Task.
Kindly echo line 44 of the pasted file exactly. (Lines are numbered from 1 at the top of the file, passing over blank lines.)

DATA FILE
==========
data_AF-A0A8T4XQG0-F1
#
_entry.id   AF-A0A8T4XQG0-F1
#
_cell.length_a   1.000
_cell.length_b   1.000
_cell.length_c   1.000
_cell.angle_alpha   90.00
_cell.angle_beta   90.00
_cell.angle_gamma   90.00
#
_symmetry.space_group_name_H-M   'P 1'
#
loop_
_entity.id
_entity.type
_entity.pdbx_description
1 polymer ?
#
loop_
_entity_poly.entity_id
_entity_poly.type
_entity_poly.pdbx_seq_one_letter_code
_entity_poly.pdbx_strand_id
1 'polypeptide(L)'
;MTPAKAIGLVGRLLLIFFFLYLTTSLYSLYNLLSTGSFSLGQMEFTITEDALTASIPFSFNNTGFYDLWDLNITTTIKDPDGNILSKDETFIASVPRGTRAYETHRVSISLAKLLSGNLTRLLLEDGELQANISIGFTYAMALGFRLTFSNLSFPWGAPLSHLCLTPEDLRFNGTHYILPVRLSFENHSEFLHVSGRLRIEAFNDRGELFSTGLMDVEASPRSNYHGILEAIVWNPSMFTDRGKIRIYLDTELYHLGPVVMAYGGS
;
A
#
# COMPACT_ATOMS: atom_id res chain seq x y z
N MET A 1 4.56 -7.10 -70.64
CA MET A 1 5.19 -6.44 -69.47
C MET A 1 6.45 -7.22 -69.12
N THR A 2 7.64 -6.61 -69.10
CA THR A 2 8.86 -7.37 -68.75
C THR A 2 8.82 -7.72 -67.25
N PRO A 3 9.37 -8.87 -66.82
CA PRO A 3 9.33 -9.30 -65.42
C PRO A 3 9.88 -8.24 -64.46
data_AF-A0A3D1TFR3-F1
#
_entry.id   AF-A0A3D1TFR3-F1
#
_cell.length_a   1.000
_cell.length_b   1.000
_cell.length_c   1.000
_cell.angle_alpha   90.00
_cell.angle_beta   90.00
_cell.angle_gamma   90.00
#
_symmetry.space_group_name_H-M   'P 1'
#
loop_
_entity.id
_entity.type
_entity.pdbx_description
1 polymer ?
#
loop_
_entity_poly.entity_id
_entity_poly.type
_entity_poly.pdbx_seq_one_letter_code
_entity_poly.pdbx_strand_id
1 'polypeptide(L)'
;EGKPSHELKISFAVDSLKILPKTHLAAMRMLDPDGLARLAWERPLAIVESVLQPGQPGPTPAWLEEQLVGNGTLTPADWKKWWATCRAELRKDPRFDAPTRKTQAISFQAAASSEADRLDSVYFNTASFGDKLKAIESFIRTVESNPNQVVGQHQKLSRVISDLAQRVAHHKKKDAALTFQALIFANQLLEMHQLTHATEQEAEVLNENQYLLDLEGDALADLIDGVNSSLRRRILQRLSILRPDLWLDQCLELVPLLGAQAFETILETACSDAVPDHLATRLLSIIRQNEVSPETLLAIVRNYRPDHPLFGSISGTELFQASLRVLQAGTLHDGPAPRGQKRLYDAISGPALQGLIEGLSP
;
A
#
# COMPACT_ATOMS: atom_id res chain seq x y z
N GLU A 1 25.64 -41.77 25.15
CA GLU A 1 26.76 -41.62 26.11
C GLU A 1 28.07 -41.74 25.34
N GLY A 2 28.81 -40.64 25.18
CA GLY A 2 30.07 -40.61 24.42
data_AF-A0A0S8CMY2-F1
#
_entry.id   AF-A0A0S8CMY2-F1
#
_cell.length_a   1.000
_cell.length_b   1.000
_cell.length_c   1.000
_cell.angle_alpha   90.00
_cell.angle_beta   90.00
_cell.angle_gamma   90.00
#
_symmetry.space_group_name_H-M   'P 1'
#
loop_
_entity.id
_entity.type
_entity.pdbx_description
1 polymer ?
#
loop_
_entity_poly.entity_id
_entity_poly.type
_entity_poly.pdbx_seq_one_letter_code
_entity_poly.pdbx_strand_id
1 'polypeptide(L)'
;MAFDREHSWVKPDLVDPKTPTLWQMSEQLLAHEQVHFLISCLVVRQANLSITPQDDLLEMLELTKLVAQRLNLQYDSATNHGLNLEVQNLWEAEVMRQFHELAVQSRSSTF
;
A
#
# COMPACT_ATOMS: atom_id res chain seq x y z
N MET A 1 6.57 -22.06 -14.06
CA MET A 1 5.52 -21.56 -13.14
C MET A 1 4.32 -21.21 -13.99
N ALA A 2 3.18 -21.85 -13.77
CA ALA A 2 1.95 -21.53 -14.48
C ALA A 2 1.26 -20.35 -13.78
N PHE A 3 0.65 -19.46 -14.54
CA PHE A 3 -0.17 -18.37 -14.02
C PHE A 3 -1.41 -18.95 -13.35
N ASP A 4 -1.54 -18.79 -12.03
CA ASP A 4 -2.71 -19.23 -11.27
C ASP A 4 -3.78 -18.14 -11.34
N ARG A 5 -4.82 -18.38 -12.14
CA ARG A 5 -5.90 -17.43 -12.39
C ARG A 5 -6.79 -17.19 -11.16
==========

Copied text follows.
_cell.length_a   1.000